F1 desperately needs the excitement factor, beyond the inevitable of Hamilton vs. Vettel. Not just for Liberty and their grand plans but for the sport itself to force its way back into the wider consciousness, because in an age of instant gratification, quick fixes and short attention spans, it is well off the pace.

WHO ELSE CAN JOIN THE TITLE PARTY?

Valtteri Bottas (Mercedes)
The Finn produced a solid debut season for the Silver Arrows in 2017 with three race wins to finish third overall. A more confident Bottas should once again be a regular face on the podium but he’s unlikely to unseat Hamilton in the Mercedes pecking order.

Max Verstappen (Red Bull)
It’s almost unconceivable that Verstappen won’t be a world champion one day. On his day, perhaps the quickest of all 20 drivers, certainly the most adventurous and aggressive. If the RB14 can stay on the track for the course of the season, he should at least able to exceed his two race wins of 2017.

Daniel Ricciardo (Red Bull)
The perma-smiling Australian will want to make an instant impact on his home GP, a race where he has failed to finish three times. If an early foundation can be built he has the skills and driver smarts to compete with Hamilton and Vettel. The main question, like Verstappen, however falls on the consistency of his car.


Liverpool are scared of no one, claims confident Jurgen Klopp ahead of PSG clash

Updated 18 September 2018
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Liverpool are scared of no one, claims confident Jurgen Klopp ahead of PSG clash

  • Reds boss wants side to prove march to last season's final was no fluke.
  • Liverpool face French powerhouses PSG at Anfield on Tuesday.

LIVERPOOL: Liverpool manager Jurgen Klopp believes his side shouldn’t be scared of any side as they look to go one step further in the Champions League after reaching the final last season.
The visit of Paris Saint-Germain to Anfield on Tuesday gives Klopp’s men an early chance to show their run to the final in Kiev was no fluke, particularly after a summer of what already appears shrewd business in the transfer market.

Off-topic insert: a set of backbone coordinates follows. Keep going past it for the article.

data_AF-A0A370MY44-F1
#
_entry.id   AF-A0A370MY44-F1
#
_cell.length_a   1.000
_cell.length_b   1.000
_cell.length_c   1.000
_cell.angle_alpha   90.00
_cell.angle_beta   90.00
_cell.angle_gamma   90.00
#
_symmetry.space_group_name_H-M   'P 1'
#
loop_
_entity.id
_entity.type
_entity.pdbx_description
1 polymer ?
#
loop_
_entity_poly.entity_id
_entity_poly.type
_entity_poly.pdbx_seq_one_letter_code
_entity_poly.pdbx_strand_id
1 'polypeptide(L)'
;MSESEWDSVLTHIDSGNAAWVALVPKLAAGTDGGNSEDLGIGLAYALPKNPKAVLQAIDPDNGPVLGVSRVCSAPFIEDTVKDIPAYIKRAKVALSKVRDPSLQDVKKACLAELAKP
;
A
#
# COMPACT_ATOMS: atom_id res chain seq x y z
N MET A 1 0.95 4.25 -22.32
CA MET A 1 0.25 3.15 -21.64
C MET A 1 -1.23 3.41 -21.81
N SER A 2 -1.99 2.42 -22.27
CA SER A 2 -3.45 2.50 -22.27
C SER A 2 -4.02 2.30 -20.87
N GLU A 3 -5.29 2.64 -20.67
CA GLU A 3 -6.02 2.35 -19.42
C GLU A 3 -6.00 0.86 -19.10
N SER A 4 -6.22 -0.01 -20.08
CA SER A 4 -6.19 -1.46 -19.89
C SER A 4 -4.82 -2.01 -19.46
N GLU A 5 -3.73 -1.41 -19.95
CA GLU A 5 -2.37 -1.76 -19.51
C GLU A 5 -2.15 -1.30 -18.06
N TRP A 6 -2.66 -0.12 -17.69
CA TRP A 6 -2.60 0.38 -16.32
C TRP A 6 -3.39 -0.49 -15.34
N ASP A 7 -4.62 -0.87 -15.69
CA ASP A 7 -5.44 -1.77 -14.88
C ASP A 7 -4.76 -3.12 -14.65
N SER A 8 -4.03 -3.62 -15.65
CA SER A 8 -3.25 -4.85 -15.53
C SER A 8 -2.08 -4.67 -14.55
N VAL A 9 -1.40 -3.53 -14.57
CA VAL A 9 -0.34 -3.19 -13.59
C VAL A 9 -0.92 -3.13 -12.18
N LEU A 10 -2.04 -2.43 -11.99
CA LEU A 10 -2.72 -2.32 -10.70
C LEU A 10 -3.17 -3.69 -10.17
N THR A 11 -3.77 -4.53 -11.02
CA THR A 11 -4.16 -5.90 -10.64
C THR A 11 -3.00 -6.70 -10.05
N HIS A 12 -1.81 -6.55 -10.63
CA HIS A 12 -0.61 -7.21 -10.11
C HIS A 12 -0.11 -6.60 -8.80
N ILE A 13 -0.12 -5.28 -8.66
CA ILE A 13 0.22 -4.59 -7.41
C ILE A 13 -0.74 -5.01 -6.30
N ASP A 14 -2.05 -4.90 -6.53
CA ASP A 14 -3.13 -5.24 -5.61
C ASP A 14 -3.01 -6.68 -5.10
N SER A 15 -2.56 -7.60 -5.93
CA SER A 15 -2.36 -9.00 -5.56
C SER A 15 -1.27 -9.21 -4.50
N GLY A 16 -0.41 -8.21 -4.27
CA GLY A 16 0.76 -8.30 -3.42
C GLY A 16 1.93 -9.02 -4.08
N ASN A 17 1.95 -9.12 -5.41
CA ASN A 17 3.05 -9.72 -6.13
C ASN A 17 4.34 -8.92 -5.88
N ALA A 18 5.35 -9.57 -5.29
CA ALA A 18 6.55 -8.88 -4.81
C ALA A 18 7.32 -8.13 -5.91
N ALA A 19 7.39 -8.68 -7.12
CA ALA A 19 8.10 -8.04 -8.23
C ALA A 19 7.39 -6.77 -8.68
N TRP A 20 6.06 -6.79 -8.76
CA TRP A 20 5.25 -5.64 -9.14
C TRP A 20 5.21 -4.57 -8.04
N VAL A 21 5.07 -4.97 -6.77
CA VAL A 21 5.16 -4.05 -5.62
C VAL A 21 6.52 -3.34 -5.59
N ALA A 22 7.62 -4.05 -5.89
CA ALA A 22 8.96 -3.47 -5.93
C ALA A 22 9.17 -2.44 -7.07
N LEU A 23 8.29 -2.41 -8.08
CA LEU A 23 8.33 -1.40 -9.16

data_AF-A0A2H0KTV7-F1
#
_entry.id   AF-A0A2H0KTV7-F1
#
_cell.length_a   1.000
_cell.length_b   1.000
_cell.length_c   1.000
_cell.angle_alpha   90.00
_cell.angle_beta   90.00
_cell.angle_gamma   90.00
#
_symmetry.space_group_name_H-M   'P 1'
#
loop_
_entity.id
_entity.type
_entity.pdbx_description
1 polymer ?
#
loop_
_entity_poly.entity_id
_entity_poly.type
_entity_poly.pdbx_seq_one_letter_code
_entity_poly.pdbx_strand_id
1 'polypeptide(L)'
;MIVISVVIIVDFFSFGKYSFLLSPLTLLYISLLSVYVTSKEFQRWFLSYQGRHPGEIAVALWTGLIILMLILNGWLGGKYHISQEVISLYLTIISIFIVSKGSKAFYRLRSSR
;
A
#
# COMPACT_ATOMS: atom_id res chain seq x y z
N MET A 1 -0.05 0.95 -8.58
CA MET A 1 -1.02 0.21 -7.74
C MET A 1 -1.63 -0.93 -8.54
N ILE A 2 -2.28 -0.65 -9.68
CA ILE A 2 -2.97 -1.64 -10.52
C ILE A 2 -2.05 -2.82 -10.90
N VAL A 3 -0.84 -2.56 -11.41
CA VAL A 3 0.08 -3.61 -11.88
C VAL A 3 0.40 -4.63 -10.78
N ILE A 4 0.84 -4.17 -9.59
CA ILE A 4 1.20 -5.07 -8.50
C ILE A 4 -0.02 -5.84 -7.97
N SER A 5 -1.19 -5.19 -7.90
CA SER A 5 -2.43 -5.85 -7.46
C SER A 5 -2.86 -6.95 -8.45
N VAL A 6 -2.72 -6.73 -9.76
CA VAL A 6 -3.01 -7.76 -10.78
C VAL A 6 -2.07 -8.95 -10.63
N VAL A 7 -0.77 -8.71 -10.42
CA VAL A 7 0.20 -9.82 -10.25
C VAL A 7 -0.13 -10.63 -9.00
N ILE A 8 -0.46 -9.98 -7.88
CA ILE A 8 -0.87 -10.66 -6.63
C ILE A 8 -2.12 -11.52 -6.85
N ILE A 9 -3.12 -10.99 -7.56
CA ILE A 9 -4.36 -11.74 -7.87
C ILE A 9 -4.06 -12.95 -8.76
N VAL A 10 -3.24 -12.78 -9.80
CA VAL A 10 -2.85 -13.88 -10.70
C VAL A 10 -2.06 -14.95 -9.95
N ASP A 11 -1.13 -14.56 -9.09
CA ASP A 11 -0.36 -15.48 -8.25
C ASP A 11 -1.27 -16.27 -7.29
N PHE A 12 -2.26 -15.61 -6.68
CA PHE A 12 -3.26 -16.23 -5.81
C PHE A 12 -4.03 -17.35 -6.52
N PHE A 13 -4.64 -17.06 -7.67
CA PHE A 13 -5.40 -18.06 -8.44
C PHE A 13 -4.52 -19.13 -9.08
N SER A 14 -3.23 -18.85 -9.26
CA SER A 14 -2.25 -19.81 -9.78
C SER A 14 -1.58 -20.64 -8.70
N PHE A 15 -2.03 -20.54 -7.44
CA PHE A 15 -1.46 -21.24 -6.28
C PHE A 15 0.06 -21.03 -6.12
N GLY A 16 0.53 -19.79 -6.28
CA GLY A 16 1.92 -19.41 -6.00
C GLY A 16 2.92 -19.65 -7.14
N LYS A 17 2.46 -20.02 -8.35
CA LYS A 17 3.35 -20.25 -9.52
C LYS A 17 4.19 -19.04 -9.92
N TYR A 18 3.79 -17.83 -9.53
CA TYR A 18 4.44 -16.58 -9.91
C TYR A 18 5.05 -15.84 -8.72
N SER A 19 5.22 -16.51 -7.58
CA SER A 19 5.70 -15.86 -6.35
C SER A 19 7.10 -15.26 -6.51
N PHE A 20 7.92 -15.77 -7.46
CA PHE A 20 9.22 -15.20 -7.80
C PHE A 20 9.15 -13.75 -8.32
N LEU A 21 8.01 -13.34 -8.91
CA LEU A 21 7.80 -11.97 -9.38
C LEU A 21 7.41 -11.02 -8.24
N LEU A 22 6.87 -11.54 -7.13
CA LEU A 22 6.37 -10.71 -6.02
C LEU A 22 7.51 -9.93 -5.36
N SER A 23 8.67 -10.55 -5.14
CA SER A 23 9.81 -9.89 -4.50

Liverpool have won all five of their opening Premier League games after spending a then-world record fee for a goalkeeper on Alisson Becker, bolstering their midfield options in Naby Keita and Fabinho and adding extra back up to a prolific front three of Mohamed Salah, Roberto Firmino and Sadio Mane with Xherdan Shaqiri.
“The players we spoke to in the summer or a little earlier, they were different talks to those I had the previous year or before,” said Klopp, who has transformed Liverpool’s fortunes in just under three years in charge.
“In the moment, it is a different club to the club I joined when I came in.
“We are in the place where we want to be without being satisfied with anything. We are a challenger and we are a challenger again for pretty much everything, especially in each game.
“I don’t think there is any game in the world where you would say beforehand, ‘No chance Liverpool,’ which is good.”
Liverpool upset Premier League champions Manchester City and scored five against Porto and Roma on their way to the final before losing to Real Madrid, which Klopp believes has restored some of the fear factor of going to Anfield on a European night.
“I think we got a lot of respect because of the way we played last season and I think everyone who saw the final saw that we could have won it against a side in a completely different moment,” he added.
“They see the games we played. They saw City, they saw Rome, they saw Porto. They saw so many games which we played in a really good way. There was a lot of respect.
“The best way is when you are experienced you use your new knowledge and start again, like a virgin if you want.”